It seems that Toby and I have a few extra dollars in our pockets, and we wanted to test some more Crowdsourcing Projects. Back in May, we did a 5 Part Series on Crowdsourcing and had some fun testing out different projects using Amazon’s MTurk Crowdsourcing service. We thought we’d test the value of Google Scholar Legal Opinions & Journal (SLOJ) using a Crowdsourcing Project . This time we’re not only asking our MTurk workers to do most of the heavy lifting, but that we’d also like to outsource the topic of the project to our blog readers. We are the ultimate Delegators!

If you have a project that you think would make a great add-in legal research Crowdsourcing project, put it in the comments below. Remember that the best Crowdsourcing projects are those that ask the workers to perform specific tasks that result in specific results. For example, let’s say I wanted to pull a list of URL’s from the new Google Scholar Legal Opinions & Journals site that match the cases in a volume of a law reporter. The project would first identify all of the cases within that reporter, then submit that list to the worker with instructions to search Google SLOJ, identify the specific case, then cut and paste the URL into the appropriate answer box. This type of one question, one result project works very well with crowdsourcing.
The type of projects that don’t work with crowdsourcing is the one question with many answers project. For example, if you asked the workers to search Google SLOJ to find every 2009 case in New York that deals with Eminent Domain issues, that doesn’t work very well because you’ll either have to assign one person to do all the work, or assign multiple people to do the same work over and over again. To make this type of project work, you’d first need to identify each of the cases dealing with Eminent Domain, then ask the worker to do something specific for each one of these cases. For instance, you could have them read the case then summarize the court’s decision. Or, you could have them identify specific information within the decisions such as who the attorneys are, who they represent, and which party the court ruled.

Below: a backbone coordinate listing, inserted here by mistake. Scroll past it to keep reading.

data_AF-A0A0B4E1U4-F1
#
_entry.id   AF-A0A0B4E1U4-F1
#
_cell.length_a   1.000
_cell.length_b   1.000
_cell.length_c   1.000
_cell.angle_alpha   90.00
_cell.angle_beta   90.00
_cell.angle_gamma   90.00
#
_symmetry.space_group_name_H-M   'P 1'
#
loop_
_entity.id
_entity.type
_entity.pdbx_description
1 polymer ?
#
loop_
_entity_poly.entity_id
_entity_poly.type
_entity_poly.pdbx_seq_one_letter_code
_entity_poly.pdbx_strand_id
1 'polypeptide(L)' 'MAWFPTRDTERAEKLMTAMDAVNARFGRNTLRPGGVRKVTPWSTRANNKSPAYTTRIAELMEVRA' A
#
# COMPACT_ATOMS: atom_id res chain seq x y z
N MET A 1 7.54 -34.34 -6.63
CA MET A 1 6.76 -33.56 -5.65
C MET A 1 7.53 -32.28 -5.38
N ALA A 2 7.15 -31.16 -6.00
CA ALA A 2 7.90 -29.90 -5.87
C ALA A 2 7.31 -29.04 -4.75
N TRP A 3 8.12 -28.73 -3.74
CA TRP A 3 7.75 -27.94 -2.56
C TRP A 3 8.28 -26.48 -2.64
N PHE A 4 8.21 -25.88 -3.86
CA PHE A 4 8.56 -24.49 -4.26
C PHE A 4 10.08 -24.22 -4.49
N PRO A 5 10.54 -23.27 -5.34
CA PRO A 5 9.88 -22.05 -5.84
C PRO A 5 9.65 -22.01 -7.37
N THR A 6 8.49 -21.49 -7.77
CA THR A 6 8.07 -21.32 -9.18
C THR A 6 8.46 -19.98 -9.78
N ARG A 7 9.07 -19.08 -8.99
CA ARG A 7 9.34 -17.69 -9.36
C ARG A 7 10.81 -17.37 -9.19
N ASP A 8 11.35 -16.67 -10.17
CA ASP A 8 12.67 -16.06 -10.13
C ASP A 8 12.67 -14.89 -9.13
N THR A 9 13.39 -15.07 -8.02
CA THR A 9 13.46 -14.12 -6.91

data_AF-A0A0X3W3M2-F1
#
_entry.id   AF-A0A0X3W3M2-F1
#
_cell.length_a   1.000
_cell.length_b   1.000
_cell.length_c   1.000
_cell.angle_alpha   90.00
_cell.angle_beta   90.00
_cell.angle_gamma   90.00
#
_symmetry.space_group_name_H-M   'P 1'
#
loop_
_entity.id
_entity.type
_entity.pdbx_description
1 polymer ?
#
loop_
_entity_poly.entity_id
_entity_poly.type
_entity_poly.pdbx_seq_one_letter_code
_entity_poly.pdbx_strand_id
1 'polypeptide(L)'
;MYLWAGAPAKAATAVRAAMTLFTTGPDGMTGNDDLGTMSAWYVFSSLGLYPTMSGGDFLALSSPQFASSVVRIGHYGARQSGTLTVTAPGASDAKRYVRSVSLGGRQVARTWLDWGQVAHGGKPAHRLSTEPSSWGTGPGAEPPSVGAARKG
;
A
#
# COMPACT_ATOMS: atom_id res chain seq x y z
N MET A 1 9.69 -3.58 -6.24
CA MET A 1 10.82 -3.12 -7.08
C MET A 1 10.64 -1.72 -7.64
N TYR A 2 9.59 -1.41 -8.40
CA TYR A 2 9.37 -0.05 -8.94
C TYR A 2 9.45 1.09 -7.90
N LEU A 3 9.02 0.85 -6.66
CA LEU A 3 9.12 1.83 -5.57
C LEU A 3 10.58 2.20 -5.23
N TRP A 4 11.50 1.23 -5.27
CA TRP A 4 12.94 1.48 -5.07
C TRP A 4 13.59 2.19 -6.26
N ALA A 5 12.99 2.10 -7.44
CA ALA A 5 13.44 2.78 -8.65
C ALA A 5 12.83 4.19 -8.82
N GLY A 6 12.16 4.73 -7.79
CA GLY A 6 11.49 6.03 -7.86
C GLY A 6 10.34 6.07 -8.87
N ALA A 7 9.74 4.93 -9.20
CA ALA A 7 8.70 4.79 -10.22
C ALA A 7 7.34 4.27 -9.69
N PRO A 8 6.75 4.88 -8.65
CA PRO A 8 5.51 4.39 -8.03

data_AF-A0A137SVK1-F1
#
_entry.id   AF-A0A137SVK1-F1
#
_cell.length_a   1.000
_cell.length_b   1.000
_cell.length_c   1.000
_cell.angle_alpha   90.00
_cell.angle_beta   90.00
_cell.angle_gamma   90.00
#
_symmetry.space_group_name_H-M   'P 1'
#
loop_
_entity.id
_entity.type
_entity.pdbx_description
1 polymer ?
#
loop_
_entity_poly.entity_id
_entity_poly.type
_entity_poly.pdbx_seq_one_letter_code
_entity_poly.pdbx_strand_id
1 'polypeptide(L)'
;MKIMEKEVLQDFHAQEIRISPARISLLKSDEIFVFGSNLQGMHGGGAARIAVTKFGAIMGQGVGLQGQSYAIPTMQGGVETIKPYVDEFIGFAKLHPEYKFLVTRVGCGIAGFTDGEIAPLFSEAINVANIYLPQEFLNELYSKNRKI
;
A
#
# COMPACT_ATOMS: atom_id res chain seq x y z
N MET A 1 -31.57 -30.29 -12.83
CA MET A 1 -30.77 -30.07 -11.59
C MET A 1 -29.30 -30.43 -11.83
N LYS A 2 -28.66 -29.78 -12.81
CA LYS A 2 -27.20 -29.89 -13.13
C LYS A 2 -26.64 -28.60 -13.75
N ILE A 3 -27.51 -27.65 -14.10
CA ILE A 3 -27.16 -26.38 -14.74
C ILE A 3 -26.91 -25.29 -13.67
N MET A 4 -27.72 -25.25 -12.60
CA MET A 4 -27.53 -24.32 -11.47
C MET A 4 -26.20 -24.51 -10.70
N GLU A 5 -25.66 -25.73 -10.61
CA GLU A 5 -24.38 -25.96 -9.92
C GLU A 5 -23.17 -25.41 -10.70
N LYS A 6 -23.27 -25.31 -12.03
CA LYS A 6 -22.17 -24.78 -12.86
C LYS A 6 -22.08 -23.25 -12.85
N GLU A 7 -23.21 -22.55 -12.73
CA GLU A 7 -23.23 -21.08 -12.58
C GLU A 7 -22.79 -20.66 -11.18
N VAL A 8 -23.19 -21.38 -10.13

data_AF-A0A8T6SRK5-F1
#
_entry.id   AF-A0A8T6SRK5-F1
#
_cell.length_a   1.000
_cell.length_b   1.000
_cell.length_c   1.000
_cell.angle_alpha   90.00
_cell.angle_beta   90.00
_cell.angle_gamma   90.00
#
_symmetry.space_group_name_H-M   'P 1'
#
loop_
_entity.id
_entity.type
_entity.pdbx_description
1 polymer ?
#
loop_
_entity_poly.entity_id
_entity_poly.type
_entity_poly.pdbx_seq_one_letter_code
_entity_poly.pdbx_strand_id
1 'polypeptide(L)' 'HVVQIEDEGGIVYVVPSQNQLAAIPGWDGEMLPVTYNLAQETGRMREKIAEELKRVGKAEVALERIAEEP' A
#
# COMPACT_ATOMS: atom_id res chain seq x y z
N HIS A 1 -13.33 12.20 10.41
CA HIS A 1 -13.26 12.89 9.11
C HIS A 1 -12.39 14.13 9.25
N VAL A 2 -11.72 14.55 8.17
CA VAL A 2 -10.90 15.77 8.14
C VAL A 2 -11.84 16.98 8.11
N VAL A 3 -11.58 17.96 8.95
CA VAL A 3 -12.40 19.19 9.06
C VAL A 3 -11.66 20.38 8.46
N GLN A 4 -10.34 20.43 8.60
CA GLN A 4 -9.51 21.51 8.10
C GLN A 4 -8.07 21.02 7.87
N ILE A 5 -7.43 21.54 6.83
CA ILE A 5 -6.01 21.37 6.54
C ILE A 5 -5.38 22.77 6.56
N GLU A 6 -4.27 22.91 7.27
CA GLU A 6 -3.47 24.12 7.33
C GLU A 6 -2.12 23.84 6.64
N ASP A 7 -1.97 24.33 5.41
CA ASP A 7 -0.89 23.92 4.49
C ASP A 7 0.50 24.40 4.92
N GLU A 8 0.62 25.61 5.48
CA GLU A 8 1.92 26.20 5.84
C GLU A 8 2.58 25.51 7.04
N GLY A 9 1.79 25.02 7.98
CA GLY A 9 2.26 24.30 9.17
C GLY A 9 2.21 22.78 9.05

Now that you see the guidelines for submitting a Crowdsourcing project, let us know what you’d think would make a great Crowdsourcing project for Google SLOJ. Toby and I are ponying up the money for this project, so it won’t cost you a thing. We’ll compile and post the results right here on 3 Geeks.
  • I like your idea of creating an exhaustive list of opinions in a specific regional reporters(for me that would be a specific N.E.2d reporter). But I would be even more excited to see a properly formatted citation to each decision. For example, the following is the proper citation format prescribed by the Indiana courts for the following decision decision in google scholar:

    Indiana Republican State Comm. v. Slaymaker,614
    N.E.2d 981 (Ind.Ct.App. 1993), trans. denied.

    Instead, google scholar provides the following citation format:

    Indiana Republican State Committee v. Slaymaker, 614 NE 2d 981 – Ind: Court

  • James,

    I'd think that would be great project for Google Scholar, rather than a crowdsource project. Seems that the Blue Book, or Local Rules could be solved (mostly anyway) through programming code rather than brute force. At least it could get it closer than what it is now.

    There's an email that you can use to contact Google Scholar – – to make suggestions like these. I found that the folks at Google are pretty open to suggestion.

  • You're probably right. I found this automated citation effort based on the decisions in

    I'll give it some more thought.

  • Well, I gave it some more thought.

    I use Zotero with google scholar generally to extract and save bibliography information. This is quite useful in writing a brief because Zotero has a plug in for open office writer.

    Unfortunately, there does not appear to be any bibliographic information about the court opinions at google scholar to import into Zotero. The information would include volume number, reporter, page number, date, etc.

    Perhaps, as you suggest concerning collecting a list of decisions in a particular volume, collecting this type of bibliographic information might be the basis for a good crowd sourcing project.

  • heh. I wrote parsing citations… that was a fun project. the problem I faced when I was working on all this was how to get the official reporter citation for a slip opinion published online (for example, one downloaded from the Ninth Circuit webside,